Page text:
I found them on a used electronics sales site here in Brazil, the ad was very detailed with a lot of photos and when it arrived I didn't have any kind of disappointment, they are very well taken care of. I paid R$100, which in the current dollar exchange rate is $19.71.

Here are some pictures:

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The next item that will arrive until May 2nd will be an ASUS SABERTOOTH Z77, along with an i7-3770k that I was lucky enough to find. Once it arrives, I'll update again.

Thanks again to all of you, without your advice this would not have been possible.

ASUS® SABERTOOTH Z77
Intel® Core™ i7-3770K
Noctua® NH-U12S chromax.black
EVGA® GeForce GTX 980 Ti
Creative® Sound Blaster X-Fi Titanium 7.1
Western Digital® WD_BLACK 1 TB
Crucial® MX500 1TB
Corsair® Dominator 4x4GB 1600MHz

Reply 28 of 56, by gen_angry

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🤣, I have that RAM in my haswell era system (the 16GB version). It's great RAM.

The engineers who designed it must hate comp technicians, youll find out why when you try to push it in the RAM slots.

Reply 29 of 56, by Skyscraper

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But those v2.4 sticks are decent, Elpida BFBG or BFSE if the old lists are correct.

Should be able to do pretty tight timings at 1600 or pretty loose at 2133.

New PC: i9 12900K @5GHz all cores @1.2v. MSI PRO Z690-A. 32GB DDR4 3600 CL14. 3070Ti.
Old PC: Dual Xeon X5690@4.6GHz, EVGA SR-2, 48GB DDR3R@2000MHz, Intel X25-M. GTX 980ti.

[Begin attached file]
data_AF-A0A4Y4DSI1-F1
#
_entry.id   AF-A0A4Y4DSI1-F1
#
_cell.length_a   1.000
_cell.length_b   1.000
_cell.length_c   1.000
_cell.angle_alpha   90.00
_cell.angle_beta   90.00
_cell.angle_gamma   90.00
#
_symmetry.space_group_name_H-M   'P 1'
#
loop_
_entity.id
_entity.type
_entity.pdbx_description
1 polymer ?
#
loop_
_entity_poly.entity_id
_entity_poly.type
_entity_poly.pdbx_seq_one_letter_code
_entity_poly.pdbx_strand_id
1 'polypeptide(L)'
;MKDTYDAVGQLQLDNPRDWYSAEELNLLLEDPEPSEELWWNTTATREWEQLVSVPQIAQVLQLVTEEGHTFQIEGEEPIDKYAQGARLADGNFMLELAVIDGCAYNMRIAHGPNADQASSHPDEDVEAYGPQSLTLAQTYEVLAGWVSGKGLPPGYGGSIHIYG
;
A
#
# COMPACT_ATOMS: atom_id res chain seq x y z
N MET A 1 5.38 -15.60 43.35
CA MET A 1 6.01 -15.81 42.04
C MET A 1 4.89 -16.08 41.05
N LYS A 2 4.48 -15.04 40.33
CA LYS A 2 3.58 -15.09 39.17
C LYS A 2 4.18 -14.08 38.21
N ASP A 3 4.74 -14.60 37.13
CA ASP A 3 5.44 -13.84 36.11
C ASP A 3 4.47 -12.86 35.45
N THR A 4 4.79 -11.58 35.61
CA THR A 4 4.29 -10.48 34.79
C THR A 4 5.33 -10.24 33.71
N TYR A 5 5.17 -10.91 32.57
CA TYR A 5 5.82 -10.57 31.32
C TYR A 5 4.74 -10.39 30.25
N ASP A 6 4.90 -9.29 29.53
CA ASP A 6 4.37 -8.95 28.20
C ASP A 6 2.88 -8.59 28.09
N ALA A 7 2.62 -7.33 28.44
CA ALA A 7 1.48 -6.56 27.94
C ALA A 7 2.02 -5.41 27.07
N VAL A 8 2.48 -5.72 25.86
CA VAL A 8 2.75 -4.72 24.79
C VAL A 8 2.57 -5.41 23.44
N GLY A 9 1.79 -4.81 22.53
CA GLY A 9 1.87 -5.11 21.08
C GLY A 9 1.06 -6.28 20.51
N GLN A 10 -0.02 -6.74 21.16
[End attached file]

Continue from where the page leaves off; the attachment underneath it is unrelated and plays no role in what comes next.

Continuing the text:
Older PC: K6-3+ 400@600MHz, PC-Chips M577, 256MB SDRAM, AWE64, Voodoo Banshee.

Reply 30 of 56, by pico1180

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Something I like to drop in on these types of threads is the fact a lot of corporates and government environments didn't migrate Vista. They waited until 7 came out. This means everything up tot around 2011 is, in my opinion, period correct, with legacy support extending all the way until around 2015. Pick a motherboard or a video card and see if the manufacture offers official XP drivers for it. I know official support for 900 series GeForce video cards exists so you may be able to get up to Ivey Bridge, Haswell, and even Broadwell. My XP dream machine is a socket 2011 (All the way up to Broadwell) with a 970 (because it was way cheaper then a 980) and I have had no issues with it at all.

it was just to fun building that rig for dirt cheap and it performs pretty neat and there is a little e-peen in it as well. I love it. It's period correct. and I have the boot drive in a hot swap bay so I swap it out for XP, Vista, or 10 and it has plenty of horsepower to run any of those OS's. AND the hardware is old enough to have official XP support but also new enough to have official 10 support.

And I have a bit of a crush on those dirt cheap Xeon v3's and their new sexy chines motherboards.

Just my $.02 rant.

Reply 31 of 56, by ujav

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Shponglefan wrote on 2023-04-12, 19:49:
I benchmarked it in two configs with Windows XP: […]
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I benchmarked it in two configs with Windows XP:

E8600:
Min: 29 Avg: 39 Max: 47

i7-3770k:
Min: 48 Avg: 74 Max: 98

In both cases I was running fully maxed out settings, 1920x1200 resolution, 980Ti, 4GB RAM, and Windows XP (32-bit).

I stumbled upon this video from PhilsComputerLab, where he gets about 138 fps on average in F.E.A.R., 8x AA and 1080p, with the same i7-3770 and WinXP. And 373 fps at 1440p without AA.
All that on a GTX 960 that should be about twice as slow as your 980 ti.
https://youtu.be/QAt6g9lVxww
So yeah, something's definitely wrong with your setup or drivers maybe.

In general, it is quite easy to install XP on a modern system, like i9-1090k for example, using installer tweaks and modified drivers. Usually this is done for SuperPI records, but of course it doesn't make sense for older games.

Reply 32 of 56, by Shponglefan

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ujav wrote on 2023-05-01, 22:28:
I stumbled upon this video from PhilsComputerLab, where he gets about 138 fps on average in F.E.A.R., 8x AA and 1080p, with the […]